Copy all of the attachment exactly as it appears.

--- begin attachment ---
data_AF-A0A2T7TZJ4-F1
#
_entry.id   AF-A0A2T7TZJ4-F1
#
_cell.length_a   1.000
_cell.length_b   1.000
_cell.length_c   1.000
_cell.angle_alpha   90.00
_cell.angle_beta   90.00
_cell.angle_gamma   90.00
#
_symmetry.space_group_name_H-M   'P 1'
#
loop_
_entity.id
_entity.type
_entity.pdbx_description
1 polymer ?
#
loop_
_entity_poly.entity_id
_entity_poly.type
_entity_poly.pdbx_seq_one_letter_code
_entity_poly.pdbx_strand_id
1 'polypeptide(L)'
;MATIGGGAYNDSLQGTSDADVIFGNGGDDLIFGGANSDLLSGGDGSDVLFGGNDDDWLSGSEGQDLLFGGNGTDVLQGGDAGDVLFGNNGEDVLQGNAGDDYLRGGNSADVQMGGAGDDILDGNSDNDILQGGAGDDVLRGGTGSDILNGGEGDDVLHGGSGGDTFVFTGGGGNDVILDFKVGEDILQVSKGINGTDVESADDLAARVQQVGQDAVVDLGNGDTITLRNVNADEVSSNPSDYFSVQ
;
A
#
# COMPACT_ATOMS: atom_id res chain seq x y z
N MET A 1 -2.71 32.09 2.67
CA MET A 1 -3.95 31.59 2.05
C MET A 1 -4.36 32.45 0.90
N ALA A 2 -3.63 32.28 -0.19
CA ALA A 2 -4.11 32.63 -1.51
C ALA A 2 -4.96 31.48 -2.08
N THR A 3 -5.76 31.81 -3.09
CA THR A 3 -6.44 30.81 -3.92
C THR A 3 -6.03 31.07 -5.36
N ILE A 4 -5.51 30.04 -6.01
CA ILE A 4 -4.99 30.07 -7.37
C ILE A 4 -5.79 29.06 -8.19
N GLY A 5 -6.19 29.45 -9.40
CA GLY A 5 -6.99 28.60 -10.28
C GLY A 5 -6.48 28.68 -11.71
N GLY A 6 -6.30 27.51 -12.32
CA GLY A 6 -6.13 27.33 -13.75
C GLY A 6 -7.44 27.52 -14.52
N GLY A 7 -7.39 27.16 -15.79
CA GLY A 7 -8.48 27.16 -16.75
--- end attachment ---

data_AF-A0A2T7TZJ4-F1
#
_entry.id   AF-A0A2T7TZJ4-F1
#
_cell.length_a   1.000
_cell.length_b   1.000
_cell.length_c   1.000
_cell.angle_alpha   90.00
_cell.angle_beta   90.00
_cell.angle_gamma   90.00
#
_symmetry.space_group_name_H-M   'P 1'
#
loop_
_entity.id
_entity.type
_entity.pdbx_description
1 polymer ?
#
loop_
_entity_poly.entity_id
_entity_poly.type
_entity_poly.pdbx_seq_one_letter_code
_entity_poly.pdbx_strand_id
1 'polypeptide(L)'
;MATIGGGAYNDSLQGTSDADVIFGNGGDDLIFGGANSDLLSGGDGSDVLFGGNDDDWLSGSEGQDLLFGGNGTDVLQGGDAGDVLFGNNGEDVLQGNAGDDYLRGGNSADVQMGGAGDDILDGNSDNDILQGGAGDDVLRGGTGSDILNGGEGDDVLHGGSGGDTFVFTGGGGNDVILDFKVGEDILQVSKGINGTDVESADDLAARVQQVGQDAVVDLGNGDTITLRNVNADEVSSNPSDYFSVQ
;
A
#
# COMPACT_ATOMS: atom_id res chain seq x y z
N MET A 1 -2.71 32.09 2.67
CA MET A 1 -3.95 31.59 2.05
C MET A 1 -4.36 32.45 0.90
N ALA A 2 -3.63 32.28 -0.19
CA ALA A 2 -4.11 32.63 -1.51
C ALA A 2 -4.96 31.48 -2.08
N THR A 3 -5.76 31.81 -3.09
CA THR A 3 -6.44 30.81 -3.92
C THR A 3 -6.03 31.07 -5.36
N ILE A 4 -5.51 30.04 -6.01
CA ILE A 4 -4.99 30.07 -7.37
C ILE A 4 -5.79 29.06 -8.19
N GLY A 5 -6.19 29.45 -9.40
CA GLY A 5 -6.99 28.60 -10.28
C GLY A 5 -6.48 28.68 -11.71
N GLY A 6 -6.30 27.51 -12.32
CA GLY A 6 -6.13 27.33 -13.75
C GLY A 6 -7.44 27.52 -14.52
N GLY A 7 -7.39 27.16 -15.79
CA GLY A 7 -8.48 27.16 -16.75